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premature baby 298.88.(Photo by: Courtesy)
Knesset panel criticizes neonatal units
Israel Neonatology Society airs serious complaints of manpower, funding problems.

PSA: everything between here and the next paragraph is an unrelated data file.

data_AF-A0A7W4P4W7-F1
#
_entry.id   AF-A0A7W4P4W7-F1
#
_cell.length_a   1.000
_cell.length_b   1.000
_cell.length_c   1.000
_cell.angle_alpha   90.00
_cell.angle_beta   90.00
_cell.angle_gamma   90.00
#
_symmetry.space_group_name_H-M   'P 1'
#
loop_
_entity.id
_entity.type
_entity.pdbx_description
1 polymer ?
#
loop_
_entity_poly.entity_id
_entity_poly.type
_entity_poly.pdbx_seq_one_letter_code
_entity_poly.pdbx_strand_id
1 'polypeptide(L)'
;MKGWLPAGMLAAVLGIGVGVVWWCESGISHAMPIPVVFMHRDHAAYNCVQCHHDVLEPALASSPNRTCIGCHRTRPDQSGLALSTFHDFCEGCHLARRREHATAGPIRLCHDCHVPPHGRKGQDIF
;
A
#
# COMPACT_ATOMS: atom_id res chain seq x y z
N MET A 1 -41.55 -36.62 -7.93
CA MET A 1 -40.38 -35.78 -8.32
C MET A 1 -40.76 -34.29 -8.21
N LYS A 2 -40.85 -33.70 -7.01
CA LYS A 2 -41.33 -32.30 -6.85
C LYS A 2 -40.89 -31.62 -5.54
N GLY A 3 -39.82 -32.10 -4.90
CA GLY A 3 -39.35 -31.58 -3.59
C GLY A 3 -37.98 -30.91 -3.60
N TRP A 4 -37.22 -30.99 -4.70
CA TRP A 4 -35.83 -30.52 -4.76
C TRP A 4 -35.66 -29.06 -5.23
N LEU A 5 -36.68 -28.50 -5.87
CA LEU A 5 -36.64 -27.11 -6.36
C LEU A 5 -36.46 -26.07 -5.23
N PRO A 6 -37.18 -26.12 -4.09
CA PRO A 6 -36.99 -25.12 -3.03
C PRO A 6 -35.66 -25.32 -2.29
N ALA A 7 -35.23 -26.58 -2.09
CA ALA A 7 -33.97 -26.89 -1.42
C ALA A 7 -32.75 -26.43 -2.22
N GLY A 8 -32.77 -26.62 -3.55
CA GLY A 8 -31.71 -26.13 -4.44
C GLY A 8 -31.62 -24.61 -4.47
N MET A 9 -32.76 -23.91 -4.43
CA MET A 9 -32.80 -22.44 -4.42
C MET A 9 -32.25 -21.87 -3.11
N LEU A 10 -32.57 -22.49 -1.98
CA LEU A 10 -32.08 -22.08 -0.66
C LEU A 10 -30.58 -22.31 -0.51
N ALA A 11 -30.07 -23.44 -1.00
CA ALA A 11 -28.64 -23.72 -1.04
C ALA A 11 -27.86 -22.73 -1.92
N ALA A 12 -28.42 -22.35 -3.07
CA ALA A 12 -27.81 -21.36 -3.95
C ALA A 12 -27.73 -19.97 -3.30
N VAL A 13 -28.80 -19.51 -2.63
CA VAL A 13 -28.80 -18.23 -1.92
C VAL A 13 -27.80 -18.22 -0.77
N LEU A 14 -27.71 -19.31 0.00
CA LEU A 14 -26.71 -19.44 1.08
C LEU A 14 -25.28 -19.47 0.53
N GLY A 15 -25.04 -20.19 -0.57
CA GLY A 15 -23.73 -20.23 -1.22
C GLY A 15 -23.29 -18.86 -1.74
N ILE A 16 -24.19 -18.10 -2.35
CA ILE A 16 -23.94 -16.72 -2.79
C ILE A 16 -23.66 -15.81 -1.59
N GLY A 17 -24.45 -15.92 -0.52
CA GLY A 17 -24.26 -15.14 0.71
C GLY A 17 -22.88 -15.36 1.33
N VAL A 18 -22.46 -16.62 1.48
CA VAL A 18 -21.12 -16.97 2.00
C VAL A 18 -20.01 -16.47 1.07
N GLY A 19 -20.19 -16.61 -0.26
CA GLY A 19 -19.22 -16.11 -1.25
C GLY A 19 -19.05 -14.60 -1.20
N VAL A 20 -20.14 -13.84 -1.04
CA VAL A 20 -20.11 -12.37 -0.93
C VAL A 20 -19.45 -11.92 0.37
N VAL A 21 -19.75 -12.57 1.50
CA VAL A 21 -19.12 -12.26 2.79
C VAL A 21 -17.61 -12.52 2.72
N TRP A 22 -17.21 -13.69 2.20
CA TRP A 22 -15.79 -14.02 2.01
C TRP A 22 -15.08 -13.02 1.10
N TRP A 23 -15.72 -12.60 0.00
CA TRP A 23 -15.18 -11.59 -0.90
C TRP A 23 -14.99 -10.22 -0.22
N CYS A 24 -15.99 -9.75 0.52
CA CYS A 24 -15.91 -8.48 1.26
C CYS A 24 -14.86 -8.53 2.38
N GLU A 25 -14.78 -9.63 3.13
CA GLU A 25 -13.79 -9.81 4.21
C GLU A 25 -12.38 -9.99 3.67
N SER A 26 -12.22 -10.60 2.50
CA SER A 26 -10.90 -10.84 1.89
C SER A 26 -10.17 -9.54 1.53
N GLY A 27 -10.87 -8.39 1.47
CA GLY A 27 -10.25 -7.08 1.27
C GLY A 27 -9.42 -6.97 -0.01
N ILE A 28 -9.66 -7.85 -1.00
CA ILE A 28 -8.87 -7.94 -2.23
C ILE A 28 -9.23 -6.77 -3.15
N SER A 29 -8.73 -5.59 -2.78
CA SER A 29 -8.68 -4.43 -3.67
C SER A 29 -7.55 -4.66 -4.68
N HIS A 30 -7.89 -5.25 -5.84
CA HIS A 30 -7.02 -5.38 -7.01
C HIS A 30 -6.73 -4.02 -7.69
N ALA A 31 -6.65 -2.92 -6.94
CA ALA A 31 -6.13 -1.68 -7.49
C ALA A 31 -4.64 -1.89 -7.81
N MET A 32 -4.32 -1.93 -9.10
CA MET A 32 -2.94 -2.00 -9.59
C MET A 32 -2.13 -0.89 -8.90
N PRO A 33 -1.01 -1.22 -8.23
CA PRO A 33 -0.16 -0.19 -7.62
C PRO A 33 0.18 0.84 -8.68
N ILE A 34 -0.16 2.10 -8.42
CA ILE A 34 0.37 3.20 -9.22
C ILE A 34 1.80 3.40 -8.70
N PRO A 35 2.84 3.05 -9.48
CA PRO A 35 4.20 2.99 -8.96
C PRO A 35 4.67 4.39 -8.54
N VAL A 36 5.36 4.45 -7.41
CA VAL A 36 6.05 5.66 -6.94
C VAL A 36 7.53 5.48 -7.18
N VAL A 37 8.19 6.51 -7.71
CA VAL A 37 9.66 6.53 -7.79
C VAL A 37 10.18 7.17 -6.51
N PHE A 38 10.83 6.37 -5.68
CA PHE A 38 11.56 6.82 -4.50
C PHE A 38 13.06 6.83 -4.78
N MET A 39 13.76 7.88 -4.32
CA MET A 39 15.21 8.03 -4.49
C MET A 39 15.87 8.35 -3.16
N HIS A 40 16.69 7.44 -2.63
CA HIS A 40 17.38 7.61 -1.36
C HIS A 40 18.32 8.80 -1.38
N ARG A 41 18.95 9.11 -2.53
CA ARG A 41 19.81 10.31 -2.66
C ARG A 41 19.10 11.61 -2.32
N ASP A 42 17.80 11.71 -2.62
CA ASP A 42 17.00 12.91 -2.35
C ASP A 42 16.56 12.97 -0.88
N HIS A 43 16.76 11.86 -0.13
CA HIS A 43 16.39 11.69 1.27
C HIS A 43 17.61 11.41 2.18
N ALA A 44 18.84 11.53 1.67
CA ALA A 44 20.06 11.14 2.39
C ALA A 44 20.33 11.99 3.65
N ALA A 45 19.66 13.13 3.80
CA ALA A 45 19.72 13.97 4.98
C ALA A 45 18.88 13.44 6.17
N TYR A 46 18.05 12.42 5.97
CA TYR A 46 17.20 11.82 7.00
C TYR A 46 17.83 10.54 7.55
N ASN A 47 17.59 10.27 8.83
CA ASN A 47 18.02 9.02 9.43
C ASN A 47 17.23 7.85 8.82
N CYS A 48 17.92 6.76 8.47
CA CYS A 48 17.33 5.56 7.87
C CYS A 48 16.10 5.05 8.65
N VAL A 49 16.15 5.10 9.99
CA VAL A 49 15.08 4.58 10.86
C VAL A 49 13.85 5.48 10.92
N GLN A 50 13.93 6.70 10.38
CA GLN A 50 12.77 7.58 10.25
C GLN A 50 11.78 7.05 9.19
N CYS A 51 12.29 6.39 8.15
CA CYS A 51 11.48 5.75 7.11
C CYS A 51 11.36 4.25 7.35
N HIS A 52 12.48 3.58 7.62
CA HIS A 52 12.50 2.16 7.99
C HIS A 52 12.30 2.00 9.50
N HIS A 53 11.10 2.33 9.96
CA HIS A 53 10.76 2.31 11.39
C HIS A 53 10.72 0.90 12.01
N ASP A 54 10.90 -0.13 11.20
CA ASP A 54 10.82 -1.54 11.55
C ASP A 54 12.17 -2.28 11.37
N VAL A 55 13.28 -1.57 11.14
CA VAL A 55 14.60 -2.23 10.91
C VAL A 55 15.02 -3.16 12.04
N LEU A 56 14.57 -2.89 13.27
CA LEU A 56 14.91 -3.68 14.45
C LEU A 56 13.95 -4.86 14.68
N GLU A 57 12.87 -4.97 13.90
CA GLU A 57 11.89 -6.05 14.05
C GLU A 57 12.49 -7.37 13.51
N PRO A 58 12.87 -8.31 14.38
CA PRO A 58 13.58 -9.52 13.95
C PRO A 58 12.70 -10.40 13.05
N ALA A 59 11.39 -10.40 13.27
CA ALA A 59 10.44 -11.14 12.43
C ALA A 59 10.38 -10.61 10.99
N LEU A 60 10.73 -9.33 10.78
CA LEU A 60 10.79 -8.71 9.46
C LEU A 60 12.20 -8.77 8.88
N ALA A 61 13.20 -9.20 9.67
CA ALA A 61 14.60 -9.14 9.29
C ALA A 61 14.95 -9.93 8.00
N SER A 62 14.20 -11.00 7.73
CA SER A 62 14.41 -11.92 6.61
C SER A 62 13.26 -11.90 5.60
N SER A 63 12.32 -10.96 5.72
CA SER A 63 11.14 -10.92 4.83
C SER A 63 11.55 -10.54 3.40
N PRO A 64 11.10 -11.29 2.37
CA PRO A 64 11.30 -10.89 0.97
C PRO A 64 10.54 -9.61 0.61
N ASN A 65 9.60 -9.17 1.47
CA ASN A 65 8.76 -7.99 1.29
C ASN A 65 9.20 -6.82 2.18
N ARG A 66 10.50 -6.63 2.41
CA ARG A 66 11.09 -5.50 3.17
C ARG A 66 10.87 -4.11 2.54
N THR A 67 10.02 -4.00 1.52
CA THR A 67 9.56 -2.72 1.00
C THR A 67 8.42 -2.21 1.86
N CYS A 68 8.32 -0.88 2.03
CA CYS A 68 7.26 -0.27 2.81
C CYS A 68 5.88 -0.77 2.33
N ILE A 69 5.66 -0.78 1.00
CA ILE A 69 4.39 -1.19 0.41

The Knesset Children's Rights Committee heard serious complaints by Israel Neonatology Society doctors on Tuesday about seriously inadequate manpower in the country's neonatal units, which has resulted in relatively high mortality rates among premature babies, the smallest of whom weigh only a few hundred grams. The society, headed by Prof. Michael Schimmel of Shaare Zedek Medical Center's neonatology department, said that today, the average neonatology unit nurse takes care or five or six - and even eight - tiny babies at a time instead of the four infants recommended by a committee of experts. The experts also recommend a ratio of one nurse to 1.5 babies in the neonatal intensive care units, but the average rate in Israel is also higher. He was backed up by Dr. Yitzhak Kadman, head of the Israel Council for the Child, in his complaints. Schimmel said that two years ago, the average official occupancy rates in Israeli neonatal units was over 84 percent - but that in fact, they reached 94.4%. This year, he added, the neonatal intensive care occupancy rates were over 125% in regular neonatal units and 159% in neonatal intensive care units. Schimmel said that a professional committee headed by ministry director-general Prof. Avi Yisraeli had recommended a maximum of 90% occupancy in regular neonatal units and 80% in neonatal intensive care units. The more crowded the units and the more babies taken care of by one nurse result in more infections and lower premature-baby survival rates. A few years ago, the State Comptroller dedicated part of a chapter on the Health Ministry to serious criticism of the level of care and conditions in premature baby units in the hospitals. The neonatal society chairman said the main problem is that the ministry does not define all neonatal units as neonatal intensive care units or set a higher standard for the required number of nurses and doctors working there. Shosh Riba, head of the ministry's nursing branch, told The Jerusalem Post on Tuesday night that the ministry has "worked hard to persuade the Treasury to allocate more money for neonatal units in government hospitals. We received NIS 25 million for equipment in the state hospitals and 26 job slots more per year for 2006 through 2010." Public hospitals owned by Clalit Health Services and voluntary organizations receive the same amount of funding, Riba said, but the owners and managements can decide independently how to spend it. Riba has not demanded a larger number of neonatologists (specialist physicians), as she supervises only nursing; there are currently negotiations going on between the Treasury and the Israel Medical Association, she said. "But studies show clearly that there is a direct connection between the number of nurses in neonatal units and the level of infection." There is a general shortage of nurses in Israel, including on neonatal units, but she reported there there is no significant "dropout" phenomenon among neonatal unit nurses despite the fact that the work is intensive and very demanding. Committee chairman MK Nadia Hilou summarized that the Health Ministry "must ensure that the necessary resources reach the neonatal departments in hospitals" owned by Clalit and the voluntary organizations and find a mechanism for supervising them. In addition, the Treasury and the Health Ministry must accept recommendations of the professional committees and recognize neonatal units as intensive care units regarding manpower slots filled with suitable nurses and doctors."
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